Cash Balance Plans: Fast Facts & Planning Tips

Apr 13, 2016 | Cash Balance Plans

The National Retirement Planning Coalition has designated April 11-15 as the 2016 National Retirement Planning week. In celebration, each day this week Watkins Ross will share some fast facts and planning tips on the various types of retirement plans we service. Wednesday’s focus: Cash Balance Plans.


  • The number of cash balance plans in the US is growing at over a 20% rate, compared to a 1% growth rate for 401(k) plans.*
  • More than 25% of all defined benefit plans are cash balance plans, compared to less than 3% in 2001.*
  • Cash balance plans aren’t just for large employers. 87% of all cash balance plans are sponsored by employers with fewer than 100 employees, and the highest growth rate is among employers with fewer than 25 employees.*
  • Cash balance plans help ALL employees reach their retirement goals. The average total employer contribution to rank and file staff is over 6% of compensation in companies that sponsor both a cash balance plan and a 401(k) plan, compared to approximately 2.5% of compensation in companies sponsoring only a 401(k) plan.*
  • By incorporating a cash balance plan, a 55 year old business owner can contribute $97,000 to his retirement program on income of only $50,000.

* Cash Balance Plan statistics based on a Kravitz, Inc. review of publicly available IRS form 5500 data.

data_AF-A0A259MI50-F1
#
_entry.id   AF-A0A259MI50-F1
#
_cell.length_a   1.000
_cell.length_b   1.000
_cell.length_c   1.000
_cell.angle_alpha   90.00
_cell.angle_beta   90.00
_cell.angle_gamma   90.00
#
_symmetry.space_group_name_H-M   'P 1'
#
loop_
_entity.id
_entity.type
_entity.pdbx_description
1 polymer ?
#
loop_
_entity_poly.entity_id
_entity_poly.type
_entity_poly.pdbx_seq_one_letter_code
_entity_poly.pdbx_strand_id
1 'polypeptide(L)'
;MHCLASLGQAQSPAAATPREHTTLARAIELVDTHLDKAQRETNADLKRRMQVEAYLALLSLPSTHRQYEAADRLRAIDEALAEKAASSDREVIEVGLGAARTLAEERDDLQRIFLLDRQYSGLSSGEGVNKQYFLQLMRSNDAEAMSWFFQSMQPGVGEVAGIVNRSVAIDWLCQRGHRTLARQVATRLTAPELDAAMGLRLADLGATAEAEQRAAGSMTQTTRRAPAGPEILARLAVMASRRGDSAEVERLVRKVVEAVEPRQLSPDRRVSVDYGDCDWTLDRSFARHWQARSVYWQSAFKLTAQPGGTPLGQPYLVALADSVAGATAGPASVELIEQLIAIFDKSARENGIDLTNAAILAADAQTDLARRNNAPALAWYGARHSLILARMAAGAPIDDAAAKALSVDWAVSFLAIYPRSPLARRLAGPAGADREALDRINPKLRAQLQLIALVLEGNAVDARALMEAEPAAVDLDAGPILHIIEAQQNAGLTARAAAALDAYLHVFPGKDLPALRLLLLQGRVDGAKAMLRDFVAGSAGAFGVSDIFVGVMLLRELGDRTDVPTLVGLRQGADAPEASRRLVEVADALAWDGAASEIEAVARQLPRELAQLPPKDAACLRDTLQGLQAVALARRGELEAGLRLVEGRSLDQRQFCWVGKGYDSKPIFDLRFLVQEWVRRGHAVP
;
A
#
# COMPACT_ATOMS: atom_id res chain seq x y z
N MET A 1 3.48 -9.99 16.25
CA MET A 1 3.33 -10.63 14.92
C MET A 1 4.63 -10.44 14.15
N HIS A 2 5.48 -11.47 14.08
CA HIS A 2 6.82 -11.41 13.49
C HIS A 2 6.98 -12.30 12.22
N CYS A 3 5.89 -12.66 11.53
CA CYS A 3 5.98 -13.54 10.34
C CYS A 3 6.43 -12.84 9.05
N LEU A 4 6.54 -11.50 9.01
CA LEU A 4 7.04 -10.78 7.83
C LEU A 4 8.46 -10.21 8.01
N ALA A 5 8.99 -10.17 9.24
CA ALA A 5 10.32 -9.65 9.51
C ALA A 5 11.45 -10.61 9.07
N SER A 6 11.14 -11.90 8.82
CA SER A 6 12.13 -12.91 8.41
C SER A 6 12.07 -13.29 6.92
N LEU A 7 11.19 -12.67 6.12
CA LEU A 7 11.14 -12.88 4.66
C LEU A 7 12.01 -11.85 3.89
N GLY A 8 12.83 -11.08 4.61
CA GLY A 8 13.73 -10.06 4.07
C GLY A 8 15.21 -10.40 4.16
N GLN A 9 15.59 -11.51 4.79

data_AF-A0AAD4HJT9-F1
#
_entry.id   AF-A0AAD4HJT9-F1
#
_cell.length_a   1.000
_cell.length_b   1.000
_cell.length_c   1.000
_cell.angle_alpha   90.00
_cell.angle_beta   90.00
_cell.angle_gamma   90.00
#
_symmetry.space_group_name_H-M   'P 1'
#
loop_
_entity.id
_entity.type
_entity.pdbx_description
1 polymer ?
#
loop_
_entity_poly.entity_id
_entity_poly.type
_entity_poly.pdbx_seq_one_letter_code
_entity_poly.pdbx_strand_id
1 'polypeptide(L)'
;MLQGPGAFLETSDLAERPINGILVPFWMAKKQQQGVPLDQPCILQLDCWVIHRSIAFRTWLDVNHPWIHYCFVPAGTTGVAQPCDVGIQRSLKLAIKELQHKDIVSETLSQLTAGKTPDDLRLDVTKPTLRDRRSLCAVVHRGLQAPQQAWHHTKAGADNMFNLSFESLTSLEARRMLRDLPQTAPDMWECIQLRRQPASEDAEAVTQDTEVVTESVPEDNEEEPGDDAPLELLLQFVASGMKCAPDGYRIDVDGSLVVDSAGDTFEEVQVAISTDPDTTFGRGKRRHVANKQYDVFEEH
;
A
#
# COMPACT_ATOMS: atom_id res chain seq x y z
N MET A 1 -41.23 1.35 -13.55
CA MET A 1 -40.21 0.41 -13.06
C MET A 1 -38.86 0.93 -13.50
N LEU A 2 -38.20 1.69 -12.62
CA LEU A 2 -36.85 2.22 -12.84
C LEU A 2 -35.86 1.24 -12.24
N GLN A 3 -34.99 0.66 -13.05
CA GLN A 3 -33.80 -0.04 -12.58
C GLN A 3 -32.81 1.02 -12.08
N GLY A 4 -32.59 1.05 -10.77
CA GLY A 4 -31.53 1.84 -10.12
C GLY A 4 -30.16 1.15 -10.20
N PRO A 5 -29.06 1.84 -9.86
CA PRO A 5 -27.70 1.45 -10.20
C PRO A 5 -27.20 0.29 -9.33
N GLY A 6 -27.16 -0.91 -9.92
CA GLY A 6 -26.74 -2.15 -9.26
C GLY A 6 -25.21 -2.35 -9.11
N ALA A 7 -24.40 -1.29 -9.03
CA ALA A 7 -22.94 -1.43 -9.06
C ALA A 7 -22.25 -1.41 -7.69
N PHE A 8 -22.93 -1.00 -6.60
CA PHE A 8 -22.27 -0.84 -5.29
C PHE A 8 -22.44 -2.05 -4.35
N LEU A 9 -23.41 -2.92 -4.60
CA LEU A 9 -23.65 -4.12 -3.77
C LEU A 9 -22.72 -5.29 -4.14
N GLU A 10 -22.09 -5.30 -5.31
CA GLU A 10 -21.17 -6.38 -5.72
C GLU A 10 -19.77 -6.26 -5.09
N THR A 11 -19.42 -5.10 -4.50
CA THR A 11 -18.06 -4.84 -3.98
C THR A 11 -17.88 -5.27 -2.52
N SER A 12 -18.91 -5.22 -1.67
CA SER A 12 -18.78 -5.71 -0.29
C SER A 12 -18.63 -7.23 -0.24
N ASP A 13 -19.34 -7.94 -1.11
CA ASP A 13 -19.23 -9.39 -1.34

IS $53,000 ENOUGH?

Cash balance plans make sense when one or more employees or owners can benefit by contributing more than the $53,000 ($59,000 for catch-up eligible employees) to a retirement program. For example, the maximum allowable contributions can exceed $200,000 for employees who are over age 55 and have have at least $150,000 in income.


In more than half of all cash balance plans Watkins Ross administers, the estimated tax deferment on the cash balance plan contribution more than covers the added costs associated with offering a cash balance program.


Cash balance plans can be used to provide larger contributions to targeted employees. In fact, for every dollar a targeted employee might receive in a standard cross tested profit sharing allocation, he can generally receive at least 40-60 cents more in a cash balance plan, without increasing the total allocations to other employees.

Cash Balance Plan Sponsors Might Look Like You

Cash balance plans are especially popular for the following types of employers: professional service groups (particularly medical practice groups), multi-generational family owned businesses, and Single member S-Corporations taking Large S-Corporation distributions.

To learn if a cash balance plan might be right for your company or client, contact the team at Watkins Ross.

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